"It's really a case of obsolescence," Carroll said. "It's not broken, just not suited to changing circumstances."

The NERC report will add weight to CMP's arguments, said Richard Davies, Maine's public advocate for utility customers. That's because the group has legal authority, with federal approval, to enforce standards meant to maintain reliability.

"It sounds like what they're saying is consistent with the views of our office," Davies said.

The public advocate supports efforts to make Maine's electric system more reliable, while keeping rates as low as possible. In the CMP case, Davies said his office is likely to endorse the need for building many segments of the project. But in other instances, he said, the cost of increasing reliability through conservation and demand management might be less expensive.

CMP has factored conservation and demand management into its construction requirements, Carroll said. One of the questions the PUC will weigh is to what degree efficiency measures can further scale down CMP's building plans.

'SMART GRID' TO MANAGE SYSTEM

Many large companies in New England already have arrangements by which they cut power use during periods of peak demand. The electric industry sees itself moving to a point when advanced electric meters monitor consumption. They'll communicate the information as part of a "smart grid," a network of sensors and computers that integrate far-away, intermittent generators with customer demand.

For example: Wind turbines spinning in eastern Maine are feeding power south. As the wind stops blowing, said Mark Lauby, manager for reliability assessments at NERC, factories in the region get signals to shut off unnecessary equipment until other generators come on line.

"In our view, we need all of these resources to make this work," Lauby said.

The industry group notes that in some parts of the country, transmission limitations already are constraining wind power development.

That hasn't happened yet in Maine, said Kurt Adams, chief development officer at First Wind Holdings Inc. First Wind operates the state's first major wind farm, at Mars Hill. It's also bringing a 57-megawatt wind farm, Stetson Mountain, online this winter, and recently announced plans for two more projects in Maine.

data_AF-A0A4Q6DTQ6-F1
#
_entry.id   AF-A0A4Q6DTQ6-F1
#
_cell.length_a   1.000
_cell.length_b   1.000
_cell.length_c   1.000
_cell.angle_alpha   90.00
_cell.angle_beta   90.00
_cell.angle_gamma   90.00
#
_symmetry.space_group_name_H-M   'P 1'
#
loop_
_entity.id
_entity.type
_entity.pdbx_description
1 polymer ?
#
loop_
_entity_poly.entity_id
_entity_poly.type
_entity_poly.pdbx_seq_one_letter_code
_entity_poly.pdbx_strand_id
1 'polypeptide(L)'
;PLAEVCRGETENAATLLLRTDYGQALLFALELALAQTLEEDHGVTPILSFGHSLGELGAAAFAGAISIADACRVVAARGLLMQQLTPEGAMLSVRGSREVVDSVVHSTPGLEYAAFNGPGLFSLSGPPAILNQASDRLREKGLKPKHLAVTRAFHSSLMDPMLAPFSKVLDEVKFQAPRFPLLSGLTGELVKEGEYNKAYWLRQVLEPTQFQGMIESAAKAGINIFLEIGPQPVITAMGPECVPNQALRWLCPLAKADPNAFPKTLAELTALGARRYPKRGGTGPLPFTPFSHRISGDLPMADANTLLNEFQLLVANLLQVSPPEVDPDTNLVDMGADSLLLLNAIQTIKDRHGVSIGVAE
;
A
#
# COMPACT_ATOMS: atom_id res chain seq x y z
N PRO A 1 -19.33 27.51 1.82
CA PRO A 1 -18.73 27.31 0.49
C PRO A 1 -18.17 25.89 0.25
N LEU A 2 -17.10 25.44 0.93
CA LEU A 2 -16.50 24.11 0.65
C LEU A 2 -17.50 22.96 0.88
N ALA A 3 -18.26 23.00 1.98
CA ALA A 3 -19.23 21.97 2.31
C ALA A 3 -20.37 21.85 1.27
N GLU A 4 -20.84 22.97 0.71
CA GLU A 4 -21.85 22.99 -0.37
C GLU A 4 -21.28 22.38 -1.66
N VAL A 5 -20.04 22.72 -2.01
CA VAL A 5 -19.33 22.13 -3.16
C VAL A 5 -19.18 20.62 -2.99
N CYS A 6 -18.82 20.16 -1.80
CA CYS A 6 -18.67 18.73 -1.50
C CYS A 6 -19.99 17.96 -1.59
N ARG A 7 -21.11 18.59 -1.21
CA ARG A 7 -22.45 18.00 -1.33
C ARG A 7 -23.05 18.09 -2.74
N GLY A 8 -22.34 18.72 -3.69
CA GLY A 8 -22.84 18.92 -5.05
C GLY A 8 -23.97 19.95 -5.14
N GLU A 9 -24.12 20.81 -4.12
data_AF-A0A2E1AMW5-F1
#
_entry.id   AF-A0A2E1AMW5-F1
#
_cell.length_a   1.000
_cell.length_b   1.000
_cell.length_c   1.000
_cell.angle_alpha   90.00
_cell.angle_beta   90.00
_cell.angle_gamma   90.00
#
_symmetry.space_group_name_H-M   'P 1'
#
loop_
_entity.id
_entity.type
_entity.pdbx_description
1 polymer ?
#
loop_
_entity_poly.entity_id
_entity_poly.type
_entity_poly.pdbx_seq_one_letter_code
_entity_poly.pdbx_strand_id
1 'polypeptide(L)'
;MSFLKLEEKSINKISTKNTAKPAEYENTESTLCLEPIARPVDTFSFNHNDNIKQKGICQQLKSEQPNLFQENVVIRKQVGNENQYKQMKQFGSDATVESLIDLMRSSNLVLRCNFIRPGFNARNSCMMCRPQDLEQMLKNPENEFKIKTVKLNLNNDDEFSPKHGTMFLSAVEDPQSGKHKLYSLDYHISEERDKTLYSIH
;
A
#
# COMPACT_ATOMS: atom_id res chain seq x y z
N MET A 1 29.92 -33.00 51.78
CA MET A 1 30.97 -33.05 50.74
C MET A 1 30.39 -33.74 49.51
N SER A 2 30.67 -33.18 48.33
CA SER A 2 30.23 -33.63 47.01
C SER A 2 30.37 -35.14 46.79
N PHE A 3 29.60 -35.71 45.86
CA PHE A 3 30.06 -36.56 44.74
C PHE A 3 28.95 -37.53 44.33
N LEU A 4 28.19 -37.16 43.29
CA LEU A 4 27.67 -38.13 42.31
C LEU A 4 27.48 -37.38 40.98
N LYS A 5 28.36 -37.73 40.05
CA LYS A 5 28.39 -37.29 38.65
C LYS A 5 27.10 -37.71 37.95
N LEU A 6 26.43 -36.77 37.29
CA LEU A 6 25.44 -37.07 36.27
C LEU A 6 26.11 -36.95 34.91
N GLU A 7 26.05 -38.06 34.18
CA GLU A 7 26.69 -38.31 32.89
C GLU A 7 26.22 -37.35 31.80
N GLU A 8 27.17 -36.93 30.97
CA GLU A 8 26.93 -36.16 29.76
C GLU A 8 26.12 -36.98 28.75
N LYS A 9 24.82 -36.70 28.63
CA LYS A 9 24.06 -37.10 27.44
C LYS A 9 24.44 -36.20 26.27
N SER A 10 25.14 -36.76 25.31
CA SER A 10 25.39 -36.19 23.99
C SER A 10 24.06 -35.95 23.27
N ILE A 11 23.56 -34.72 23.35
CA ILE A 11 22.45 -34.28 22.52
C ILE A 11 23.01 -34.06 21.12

Adams, a former Maine PUC chairman, said New England's current ability to juggle a diversity of generation, such as natural gas and hydro, gives it more flexibility than some regional grids. First Wind and TransCanada, the state's other large wind developer, are funding the interconnections they need to reach existing transmission lines. But at some point, Adams said, wind developers won't be able to add more turbines until Maine's system is upgraded.

DRIVEN BY GOVERNMENT POLICIES

Government policies are key drivers making these upgrades necessary.

Maine is among 26 states and three Canadian provinces with a renewable portfolio standard, which requires that certain shares of energy supply come from non-polluting sources. Maine and other Northeast states also have formed the Regional Greenhouse Gas Initiative, a market-based plan to cap power plant emissions.

Integrating these energy sources are among the issues identified last month in a capacity report by ISO New England. The region's bulk power system operator said there's enough generation and transmission to meet demand through 2014, but challenges remain.

The NERC report reinforces what ISO-NE has found, said Marcia Blomberg, an ISO-NE spokeswoman. It underscores the need to continue transmission system upgrades and the integration of wind and conservation measures.

"The report helps draw attention to issues we've identified, and that's an important function," she said.

COMING UP

The Maine Public Utilities Commission will hold a hearing on CMP's transmission line proposal at 6 p.m. Nov. 24 at Lewiston City Hall.

CMP plans a public information session on the evening of Dec. 3 at the Augusta Civic Center.

To learn more, go to: www.nerc.com


Source: http://pressherald.mainetod...

NOV 17 2008
https://www.windaction.org/posts/17930-grid-needs-upgrades-for-wind-power